It was dangerous to write poetry during the years I studied for my Ph.D. at the University of Pennsylvania, or at least I thought so. And with some reason. In the early 70's, after the bottom dropped out of the job market, the faculty became determined to turn out scholars who could get and keep jobs. The English Department shed students. Among graduate students, rumors abounded: who was in, who had been turned out, what a person had to do to stay. I, who had written poetry before I entered, never touched the stuff anymore. It was frowned upon. I was doing the early modern period, so I hadn't taken a class with Dan Hoffman. But I was fascinated by news from friends that there was a professor who not only had written the important book about Poe, and several other important scholarly works, but also had published recently The Center of Attention, a sixth book of poetry. The idea! That someone could do both--and brilliantly.

I thought of Dan back then, even before I knew him, as an axis of sanity and order. It made sense that reading and writing poetry could be complementary. He became a model for many of us. And the rumor afoot was that Dan gave shelter to young poets at Penn.

That's why, several years after I completed my PhD and had started teaching at the University of Delaware, I phoned to ask Dan whether I could sit in on his graduate poetry writing workshop. I had started writing and publishing poetry again. I was wary of telling anyone at my home institution, but I needed a community.

There are not enough words to say how grateful I felt when Dan answered the phone and sounded pleased at my request. I don't even know whether he knew who I was. Although my presence would mean more work for him, he assured me warmly that he would be delighted to welcome me to the group. So once a week, after a day of teaching in Newark, Delaware, I drove to Philadelphia to study poetry writing with Dan and his band of graduate poets. I did this for several years. Hectic as those years were for Dan, he meant business about our writing. His advice was smart and he was unbelievably kind to me. In a Dan Hoffman Workshop, a spirit of joy prevailed, even mischief. But we weren't dabbling. We wrote and read one another's work as if our lives depended on it. I drafted part of my first book for Dan's workshops.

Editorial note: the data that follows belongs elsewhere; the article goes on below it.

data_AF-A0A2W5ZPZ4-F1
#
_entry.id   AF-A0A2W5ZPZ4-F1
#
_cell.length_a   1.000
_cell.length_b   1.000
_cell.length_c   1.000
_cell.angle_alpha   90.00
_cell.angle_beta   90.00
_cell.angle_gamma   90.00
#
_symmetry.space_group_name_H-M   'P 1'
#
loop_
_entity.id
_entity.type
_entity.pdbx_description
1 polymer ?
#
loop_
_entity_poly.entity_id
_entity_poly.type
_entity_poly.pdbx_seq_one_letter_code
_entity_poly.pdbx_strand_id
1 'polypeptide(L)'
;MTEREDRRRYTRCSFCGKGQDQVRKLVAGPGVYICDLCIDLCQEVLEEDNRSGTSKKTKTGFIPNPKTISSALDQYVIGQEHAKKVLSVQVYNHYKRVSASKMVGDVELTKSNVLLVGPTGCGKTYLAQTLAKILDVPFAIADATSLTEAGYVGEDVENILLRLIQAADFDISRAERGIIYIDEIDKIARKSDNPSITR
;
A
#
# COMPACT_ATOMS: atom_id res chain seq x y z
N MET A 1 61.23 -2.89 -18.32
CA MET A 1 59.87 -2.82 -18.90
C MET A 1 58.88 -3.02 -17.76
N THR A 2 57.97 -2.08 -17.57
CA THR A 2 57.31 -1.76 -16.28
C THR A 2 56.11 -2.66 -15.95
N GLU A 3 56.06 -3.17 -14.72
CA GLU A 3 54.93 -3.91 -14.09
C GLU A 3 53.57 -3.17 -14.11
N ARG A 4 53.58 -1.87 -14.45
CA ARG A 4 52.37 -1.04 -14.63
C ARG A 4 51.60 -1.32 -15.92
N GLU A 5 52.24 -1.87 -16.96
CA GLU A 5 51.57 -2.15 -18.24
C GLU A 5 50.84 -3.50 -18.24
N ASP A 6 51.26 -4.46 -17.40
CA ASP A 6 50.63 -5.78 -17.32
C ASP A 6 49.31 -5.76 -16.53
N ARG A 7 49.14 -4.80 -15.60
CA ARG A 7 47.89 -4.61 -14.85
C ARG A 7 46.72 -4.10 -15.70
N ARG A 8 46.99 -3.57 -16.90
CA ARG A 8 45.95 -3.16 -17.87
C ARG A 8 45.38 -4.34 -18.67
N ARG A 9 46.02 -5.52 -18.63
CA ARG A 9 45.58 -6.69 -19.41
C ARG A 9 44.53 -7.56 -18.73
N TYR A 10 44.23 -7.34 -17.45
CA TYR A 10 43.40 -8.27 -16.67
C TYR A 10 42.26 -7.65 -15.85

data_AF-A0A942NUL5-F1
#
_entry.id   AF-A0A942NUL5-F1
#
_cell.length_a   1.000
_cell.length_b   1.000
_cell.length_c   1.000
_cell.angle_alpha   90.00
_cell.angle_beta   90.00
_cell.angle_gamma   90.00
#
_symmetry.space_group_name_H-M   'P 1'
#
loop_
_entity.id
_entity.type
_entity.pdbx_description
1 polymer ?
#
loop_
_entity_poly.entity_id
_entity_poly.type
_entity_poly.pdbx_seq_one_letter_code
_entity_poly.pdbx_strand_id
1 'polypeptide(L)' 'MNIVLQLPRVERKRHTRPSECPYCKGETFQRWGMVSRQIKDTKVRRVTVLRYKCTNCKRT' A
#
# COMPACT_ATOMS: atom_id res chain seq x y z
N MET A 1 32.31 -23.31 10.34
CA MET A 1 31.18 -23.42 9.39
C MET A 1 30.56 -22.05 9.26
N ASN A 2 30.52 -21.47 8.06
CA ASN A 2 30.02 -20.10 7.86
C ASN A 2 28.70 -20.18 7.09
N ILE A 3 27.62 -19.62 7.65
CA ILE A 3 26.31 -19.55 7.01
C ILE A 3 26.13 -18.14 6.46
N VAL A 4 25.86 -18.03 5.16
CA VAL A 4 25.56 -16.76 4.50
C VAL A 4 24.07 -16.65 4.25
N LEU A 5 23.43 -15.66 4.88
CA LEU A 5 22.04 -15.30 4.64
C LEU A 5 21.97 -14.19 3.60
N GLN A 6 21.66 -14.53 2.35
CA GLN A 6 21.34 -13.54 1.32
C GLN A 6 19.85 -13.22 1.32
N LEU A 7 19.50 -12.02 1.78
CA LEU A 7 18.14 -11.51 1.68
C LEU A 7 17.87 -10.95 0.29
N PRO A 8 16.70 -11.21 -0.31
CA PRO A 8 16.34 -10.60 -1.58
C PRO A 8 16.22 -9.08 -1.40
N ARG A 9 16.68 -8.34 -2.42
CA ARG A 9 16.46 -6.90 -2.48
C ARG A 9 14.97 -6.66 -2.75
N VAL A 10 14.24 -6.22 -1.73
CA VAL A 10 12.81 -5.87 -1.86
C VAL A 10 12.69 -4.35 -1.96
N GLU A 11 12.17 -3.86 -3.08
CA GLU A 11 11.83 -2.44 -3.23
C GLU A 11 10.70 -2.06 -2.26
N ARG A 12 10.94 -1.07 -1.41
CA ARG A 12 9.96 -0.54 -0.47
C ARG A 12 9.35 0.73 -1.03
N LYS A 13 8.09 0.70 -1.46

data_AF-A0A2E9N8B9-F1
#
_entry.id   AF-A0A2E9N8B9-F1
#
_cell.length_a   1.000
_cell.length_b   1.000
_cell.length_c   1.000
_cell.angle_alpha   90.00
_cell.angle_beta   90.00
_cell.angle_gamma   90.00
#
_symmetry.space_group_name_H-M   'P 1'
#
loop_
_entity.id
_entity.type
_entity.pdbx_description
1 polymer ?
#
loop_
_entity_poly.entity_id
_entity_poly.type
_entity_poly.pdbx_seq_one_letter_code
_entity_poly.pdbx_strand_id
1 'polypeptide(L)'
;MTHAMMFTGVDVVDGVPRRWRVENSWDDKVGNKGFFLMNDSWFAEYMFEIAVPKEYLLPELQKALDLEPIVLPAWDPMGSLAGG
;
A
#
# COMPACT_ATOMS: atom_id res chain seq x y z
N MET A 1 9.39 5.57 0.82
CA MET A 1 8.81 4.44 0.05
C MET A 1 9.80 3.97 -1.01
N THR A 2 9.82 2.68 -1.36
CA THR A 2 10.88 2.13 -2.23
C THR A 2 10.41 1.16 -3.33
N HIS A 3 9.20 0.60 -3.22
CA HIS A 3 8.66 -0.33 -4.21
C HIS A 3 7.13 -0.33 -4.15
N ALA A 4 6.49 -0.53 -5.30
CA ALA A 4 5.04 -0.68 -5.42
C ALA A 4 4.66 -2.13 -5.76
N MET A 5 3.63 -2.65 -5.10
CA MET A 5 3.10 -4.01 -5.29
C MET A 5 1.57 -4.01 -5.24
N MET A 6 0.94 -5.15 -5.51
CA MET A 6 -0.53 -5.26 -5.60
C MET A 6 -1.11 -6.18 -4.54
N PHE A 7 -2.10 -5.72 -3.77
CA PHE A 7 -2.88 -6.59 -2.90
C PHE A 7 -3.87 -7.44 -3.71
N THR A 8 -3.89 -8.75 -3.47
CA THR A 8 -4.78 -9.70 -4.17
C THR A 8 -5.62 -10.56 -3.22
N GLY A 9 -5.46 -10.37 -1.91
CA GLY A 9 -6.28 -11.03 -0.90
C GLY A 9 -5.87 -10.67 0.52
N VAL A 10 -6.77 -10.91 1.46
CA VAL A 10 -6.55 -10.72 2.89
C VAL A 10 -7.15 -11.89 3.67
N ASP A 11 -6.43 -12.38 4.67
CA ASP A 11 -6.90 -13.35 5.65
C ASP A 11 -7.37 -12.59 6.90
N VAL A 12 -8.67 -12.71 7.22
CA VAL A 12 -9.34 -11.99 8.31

When Dan retired from Penn, some of us young poets who had studied with him threw a party for him at our house. We celebrated his kindness, his canny guidance, the time he spent with us, the community he forged. After that, for several decades my husband, Daniel Larkin, and I shared dinners with Dan and Liz, and more recently, after Liz died, with Dan. We joined him at The Franklin Inn for a time. I have read Liz's poems aloud with Dan, and his books have been companions on my bedside table and at my desk for years. I celebrate here Dan's long friendship and generosity, which have made a permanent difference in my life.

I love Dan's poetry for the way it captures the world's improbable plenty, sometimes even the gaudiness of the world, its silliness. I love the irrepressible and pugnacious vigor of the language he finds to name that world. Maybe that's why Dan's first book, An Armada of Thirty Whales, which won the Yale Series of Younger Poets' prize, is among my favorite books. As Dan has continued writing, his poetry has gained in poignancy, in awareness of loss. It has deepened and taken in more territory. I prize his later books as well: The Whole Nine Yards, Makes You Stop and Think, Hang-Gliding from Helicon, Beyond Silence, Words to Create a World, Darkening Water. And finally, I salute the great Brotherly Love, which accomplishes what most contemporary poets never even try—an epic reach that names concerns beyond the personal, that tells the common story of our culture.